Some food preferences are innate and largely universal (e.g., desire for highly-caloric food sources) whereas others are learned. In today's post, I'd like to briefly discuss food learning that occurs via two forms of biological transmission: (1) Can a child develop particular food preferences as a result of having been exposed to the corresponding flavors in utero? (2) Can a child develop particular food preferences as a result of having been exposed to the corresponding flavors via breastfeeding?  These are telling examples of how nurture operates via nature. On a related note, see my inaugural post here wherein I discussed the fact that consumers are both born and made, and a more recent post where I addressed how a mother's preconception diet might affect the sex of her child (see here).

Julie Mennella has been one of the leading scientists in tackling these two questions (see some of her papers here, here, here, and here). She has shown that food preferences are indeed learned both prenatally (transmission through the amniotic fluid) and postnatally (transmission through a mother's milk). Interestingly, economists and consumer scholars alike seldom bother to explore how we form our preferences. Somehow, these manifest themselves via our consumer choices yet little attention is paid to why one consumer might love carrot juice whereas another might display a strong aversion to it. Economists would simply offer some unfalsifiable story about carrot juice "maximizing utility" for one but not the other. Understanding the genesis of our preferences, whether these are innate or learned ontogenetically, is a central element to possessing an accurate grand theory of consumer behavior.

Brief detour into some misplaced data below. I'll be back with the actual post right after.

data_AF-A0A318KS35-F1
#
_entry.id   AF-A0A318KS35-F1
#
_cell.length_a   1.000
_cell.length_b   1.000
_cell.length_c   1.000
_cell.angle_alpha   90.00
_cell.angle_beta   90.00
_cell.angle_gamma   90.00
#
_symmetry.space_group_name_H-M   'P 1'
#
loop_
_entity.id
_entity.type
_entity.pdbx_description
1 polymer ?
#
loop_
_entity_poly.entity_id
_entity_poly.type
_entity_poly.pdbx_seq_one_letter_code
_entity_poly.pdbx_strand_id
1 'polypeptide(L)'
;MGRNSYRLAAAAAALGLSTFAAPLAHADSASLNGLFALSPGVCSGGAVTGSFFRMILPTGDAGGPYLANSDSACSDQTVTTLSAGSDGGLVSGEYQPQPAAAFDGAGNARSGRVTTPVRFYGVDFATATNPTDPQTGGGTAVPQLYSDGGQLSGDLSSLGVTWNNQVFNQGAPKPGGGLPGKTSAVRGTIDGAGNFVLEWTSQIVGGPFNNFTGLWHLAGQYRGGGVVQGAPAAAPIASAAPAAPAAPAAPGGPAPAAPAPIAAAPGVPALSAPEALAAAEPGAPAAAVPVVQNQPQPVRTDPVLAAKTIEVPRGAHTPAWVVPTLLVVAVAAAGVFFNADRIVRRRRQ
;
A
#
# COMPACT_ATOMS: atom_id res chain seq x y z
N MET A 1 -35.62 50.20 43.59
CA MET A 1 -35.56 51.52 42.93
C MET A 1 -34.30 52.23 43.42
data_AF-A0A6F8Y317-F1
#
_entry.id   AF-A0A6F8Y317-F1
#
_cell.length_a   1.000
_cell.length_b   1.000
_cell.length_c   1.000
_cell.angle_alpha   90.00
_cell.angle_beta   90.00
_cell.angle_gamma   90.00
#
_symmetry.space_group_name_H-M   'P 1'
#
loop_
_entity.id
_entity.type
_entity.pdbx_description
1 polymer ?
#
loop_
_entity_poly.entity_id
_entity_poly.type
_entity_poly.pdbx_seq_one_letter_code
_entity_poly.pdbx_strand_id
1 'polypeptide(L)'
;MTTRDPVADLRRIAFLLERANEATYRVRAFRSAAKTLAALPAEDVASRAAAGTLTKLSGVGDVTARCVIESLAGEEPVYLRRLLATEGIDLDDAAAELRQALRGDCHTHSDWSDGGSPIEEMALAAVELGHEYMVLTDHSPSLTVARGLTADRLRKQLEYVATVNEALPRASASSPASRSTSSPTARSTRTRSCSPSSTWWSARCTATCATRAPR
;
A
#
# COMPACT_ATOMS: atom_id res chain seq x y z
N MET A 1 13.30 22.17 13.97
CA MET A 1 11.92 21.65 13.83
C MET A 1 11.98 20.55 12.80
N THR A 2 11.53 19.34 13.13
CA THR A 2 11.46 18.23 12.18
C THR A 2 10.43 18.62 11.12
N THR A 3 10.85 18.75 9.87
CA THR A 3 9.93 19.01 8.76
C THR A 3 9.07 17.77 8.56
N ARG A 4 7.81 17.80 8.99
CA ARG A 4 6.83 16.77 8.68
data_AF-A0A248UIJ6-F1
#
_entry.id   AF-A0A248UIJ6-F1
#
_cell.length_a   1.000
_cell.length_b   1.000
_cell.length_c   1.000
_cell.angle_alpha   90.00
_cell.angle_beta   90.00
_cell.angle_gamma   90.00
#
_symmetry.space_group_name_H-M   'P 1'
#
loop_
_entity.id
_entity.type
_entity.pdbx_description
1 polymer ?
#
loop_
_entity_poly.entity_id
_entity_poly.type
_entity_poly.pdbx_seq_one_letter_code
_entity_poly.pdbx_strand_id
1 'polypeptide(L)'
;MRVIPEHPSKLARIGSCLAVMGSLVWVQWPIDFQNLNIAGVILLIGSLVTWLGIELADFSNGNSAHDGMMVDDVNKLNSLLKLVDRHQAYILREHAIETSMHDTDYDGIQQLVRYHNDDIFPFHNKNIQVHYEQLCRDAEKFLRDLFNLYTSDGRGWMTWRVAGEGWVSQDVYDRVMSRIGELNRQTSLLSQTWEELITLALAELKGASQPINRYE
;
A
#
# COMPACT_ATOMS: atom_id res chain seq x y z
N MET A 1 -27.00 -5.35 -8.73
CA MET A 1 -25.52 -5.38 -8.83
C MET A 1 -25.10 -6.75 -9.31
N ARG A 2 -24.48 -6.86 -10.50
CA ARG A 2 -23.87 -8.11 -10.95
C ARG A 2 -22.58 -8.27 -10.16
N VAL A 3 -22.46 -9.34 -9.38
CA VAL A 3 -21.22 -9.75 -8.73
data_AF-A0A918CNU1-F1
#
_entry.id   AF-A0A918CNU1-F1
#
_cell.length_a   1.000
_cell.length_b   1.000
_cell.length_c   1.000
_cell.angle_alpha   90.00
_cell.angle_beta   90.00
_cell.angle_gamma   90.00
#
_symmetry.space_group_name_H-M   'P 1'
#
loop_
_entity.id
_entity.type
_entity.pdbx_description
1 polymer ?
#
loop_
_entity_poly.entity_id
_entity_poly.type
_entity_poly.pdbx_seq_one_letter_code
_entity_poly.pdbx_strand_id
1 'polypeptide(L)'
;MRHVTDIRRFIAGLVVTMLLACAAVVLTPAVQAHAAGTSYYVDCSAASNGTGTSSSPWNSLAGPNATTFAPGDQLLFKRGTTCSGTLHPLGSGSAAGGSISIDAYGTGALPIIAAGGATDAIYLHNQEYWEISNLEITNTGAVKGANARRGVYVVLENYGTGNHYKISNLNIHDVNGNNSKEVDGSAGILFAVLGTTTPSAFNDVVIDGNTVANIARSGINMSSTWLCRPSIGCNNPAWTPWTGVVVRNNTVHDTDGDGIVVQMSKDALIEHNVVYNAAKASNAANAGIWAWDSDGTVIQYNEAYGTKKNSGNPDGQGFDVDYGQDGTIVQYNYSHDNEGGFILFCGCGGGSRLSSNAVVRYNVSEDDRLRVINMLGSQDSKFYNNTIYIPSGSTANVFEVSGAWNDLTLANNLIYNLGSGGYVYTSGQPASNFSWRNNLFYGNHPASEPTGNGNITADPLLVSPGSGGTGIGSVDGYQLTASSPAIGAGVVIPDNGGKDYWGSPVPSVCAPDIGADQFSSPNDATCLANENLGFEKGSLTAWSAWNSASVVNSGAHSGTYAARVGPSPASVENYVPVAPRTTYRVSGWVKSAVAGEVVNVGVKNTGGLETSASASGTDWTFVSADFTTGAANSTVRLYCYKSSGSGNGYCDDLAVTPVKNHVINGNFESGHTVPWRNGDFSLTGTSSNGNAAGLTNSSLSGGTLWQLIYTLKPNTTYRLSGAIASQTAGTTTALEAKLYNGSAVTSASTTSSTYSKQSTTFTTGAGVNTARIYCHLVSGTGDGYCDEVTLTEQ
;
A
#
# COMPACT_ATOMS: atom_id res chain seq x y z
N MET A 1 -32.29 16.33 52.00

Mothers: If you would like your children to love broccoli, eat some during your pregnancy and while breastfeeding. Hopefully, these early lessons on healthy eating will yield food preferences in your children that will see them live to a ripe old age.

I discuss this issue and many other food-related phenomena in my forthcoming trade book The Consuming Instinct: What Juicy Burgers, Ferraris, Pornography, and Gift Giving Reveal About Human Nature (Prometheus Books, 2011). The book's cover is finally out! I hope that you like it.

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About the Author

Gad Saad

Gad Saad, Ph.D., is a professor of marketing at Concordia University and the author of The Evolutionary Bases of Consumption and The Consuming Instinct.

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